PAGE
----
The bouncing messages follow amodal patterns derived from Buckminsterfullers notion of tensegrity, attempting to distribute information loads over all the nodes of the searchlight matrix.
The endlessly errant message is meant to refer both to the labyrinthine circulation found in the writings of Jorge Luis Borges and the Japanese tradition of Omikuji fortune knots.
The encoding of text messages into light flashes is quite inefficient, only about 2 Japanese and 4 roman characters per second. This gives the installation charm and also a rhythm and speed that the eye can detect (even if it can't decode it). What we see is the message density, not the story. If we wanted to be "efficient" we would use lasers, which can transmit 1.5 gigabits per second; but then again why be efficient? This project is not about communication, it is about relationships. We want to slow-down communication to an urban level, to make it tangible.
Messages are public and anyone can read them even if they are sent to someone in particular. If only two people are writing to each other, a message can have multiple states of suspension, of in-between, never quite arriving. This third state between sending and receiving is a gap of intense poetic lines-of-flight.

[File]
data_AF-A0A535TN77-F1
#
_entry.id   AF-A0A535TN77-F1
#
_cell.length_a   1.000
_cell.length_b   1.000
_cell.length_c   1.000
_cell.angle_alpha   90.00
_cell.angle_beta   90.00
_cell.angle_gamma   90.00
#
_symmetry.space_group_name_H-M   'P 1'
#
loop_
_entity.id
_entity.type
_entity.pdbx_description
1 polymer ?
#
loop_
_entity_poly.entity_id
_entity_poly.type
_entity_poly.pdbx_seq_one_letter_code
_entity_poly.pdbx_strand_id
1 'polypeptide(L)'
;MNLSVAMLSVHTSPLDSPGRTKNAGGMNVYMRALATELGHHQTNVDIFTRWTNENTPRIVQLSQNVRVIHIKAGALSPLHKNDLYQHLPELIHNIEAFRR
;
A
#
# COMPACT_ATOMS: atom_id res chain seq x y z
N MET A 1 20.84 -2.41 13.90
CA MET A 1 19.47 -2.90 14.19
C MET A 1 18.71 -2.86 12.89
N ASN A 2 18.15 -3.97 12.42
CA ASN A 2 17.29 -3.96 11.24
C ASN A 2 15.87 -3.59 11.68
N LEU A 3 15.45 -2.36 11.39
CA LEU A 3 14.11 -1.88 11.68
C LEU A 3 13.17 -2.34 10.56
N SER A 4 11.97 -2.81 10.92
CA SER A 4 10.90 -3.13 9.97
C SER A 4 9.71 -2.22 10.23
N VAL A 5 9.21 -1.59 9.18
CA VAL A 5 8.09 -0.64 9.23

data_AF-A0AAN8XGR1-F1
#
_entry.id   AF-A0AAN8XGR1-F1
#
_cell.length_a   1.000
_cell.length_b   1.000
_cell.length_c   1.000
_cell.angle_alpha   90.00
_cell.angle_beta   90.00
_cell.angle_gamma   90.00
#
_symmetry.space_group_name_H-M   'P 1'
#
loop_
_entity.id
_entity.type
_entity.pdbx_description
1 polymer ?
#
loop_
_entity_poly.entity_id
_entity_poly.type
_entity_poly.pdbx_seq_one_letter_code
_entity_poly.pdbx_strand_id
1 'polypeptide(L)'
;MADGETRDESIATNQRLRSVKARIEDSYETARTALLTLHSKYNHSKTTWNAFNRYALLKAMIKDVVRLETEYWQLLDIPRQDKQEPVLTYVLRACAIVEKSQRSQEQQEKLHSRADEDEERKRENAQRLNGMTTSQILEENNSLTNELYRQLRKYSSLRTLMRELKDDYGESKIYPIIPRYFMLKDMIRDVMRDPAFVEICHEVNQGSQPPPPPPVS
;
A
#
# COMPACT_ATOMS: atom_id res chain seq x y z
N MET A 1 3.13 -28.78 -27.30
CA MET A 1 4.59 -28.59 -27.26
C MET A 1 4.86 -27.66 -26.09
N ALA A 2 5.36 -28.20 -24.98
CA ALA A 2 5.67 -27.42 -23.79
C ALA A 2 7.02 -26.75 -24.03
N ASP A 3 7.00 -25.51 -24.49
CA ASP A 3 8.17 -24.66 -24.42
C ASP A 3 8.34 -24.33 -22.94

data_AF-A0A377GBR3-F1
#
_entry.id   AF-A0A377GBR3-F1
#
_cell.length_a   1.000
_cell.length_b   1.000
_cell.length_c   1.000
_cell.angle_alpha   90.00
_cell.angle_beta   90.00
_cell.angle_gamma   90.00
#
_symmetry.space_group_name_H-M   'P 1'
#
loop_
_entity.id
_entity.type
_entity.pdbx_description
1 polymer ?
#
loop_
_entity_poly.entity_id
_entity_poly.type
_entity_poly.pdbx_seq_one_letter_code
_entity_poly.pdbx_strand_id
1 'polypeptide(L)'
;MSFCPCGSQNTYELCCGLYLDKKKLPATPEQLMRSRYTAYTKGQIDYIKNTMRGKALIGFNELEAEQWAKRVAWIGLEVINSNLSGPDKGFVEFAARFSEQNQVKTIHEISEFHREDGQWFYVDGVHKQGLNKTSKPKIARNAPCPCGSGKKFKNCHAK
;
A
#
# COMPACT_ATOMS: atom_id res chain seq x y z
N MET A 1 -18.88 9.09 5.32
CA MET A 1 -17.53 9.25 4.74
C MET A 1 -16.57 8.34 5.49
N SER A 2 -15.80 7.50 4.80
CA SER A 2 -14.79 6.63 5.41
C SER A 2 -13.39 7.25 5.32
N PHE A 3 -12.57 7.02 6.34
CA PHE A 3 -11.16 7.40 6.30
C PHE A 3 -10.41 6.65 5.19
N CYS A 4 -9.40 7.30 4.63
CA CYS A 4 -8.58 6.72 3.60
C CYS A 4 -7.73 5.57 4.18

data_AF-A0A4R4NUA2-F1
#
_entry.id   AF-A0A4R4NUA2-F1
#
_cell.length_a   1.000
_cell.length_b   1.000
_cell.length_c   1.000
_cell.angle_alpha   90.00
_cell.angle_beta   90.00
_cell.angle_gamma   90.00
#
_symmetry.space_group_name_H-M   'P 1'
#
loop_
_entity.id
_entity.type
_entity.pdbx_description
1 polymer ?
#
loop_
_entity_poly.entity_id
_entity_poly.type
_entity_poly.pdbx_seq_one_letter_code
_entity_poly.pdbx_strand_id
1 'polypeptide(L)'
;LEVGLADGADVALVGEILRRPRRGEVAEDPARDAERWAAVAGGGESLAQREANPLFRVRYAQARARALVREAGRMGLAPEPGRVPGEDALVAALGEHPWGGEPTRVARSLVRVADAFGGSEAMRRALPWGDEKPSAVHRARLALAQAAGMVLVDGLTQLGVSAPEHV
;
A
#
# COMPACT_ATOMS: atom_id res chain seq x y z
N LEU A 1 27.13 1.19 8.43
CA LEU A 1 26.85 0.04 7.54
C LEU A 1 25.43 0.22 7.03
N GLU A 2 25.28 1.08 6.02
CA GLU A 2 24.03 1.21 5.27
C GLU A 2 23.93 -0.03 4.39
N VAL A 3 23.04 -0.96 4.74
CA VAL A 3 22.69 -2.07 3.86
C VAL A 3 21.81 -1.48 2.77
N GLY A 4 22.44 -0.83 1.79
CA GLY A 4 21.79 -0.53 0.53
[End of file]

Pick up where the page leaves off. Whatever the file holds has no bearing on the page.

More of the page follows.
The light beams are themselves the vehicle for the transit of messages. The effect that you see from the city is that of the circulation of "light switches" as searchlights form vectors between them. If no one reads these messages they will remain in an endless state of suspension over the city. If no one participates the searchlights will be off and we won't see anything.
We need to calibrate the searchlights in 3D so that we can guarantee that the light beams will only hit switch nodes...and these will be carefully chosen to avoid disturbing neighbors or drivers or the bird sanctuary in the mountains.
The best way to view the installation is from anywhere inside the perimeter of the searchlights. The beams will fly quite low (not hitting any buildings nor the ground) so it will be a canopy overhead. One of the important features of this distributed arrangement is that there is no privileged viewpoint for VIPs. Everybody gets a partial view only. There is no such thing as a complete, objective view and this is good conceptually.
The cell phone interface is important because it is so prevalent in Japanese society and because it allows people to send and catch messages on the site with their own personal technology, adding intimacy. The mobility allows people to stroll through the data cloud and participate from different vantage points. Finally, the fact that cell phones and local access terminals are on site means that the piece is not a passive spectacle but an intervention dependent on public complicity.
There is no catharsis, no build-up, no narrative
the piece is better compared to a water fountain in a public square than to a son et lumière show.
Message nodes, information fabric, airborne message suspension, atmospheric photospheric, open, participatory, post cards, non-linear, non-narrative, tensional integrity, message turbulence, interception, otherception.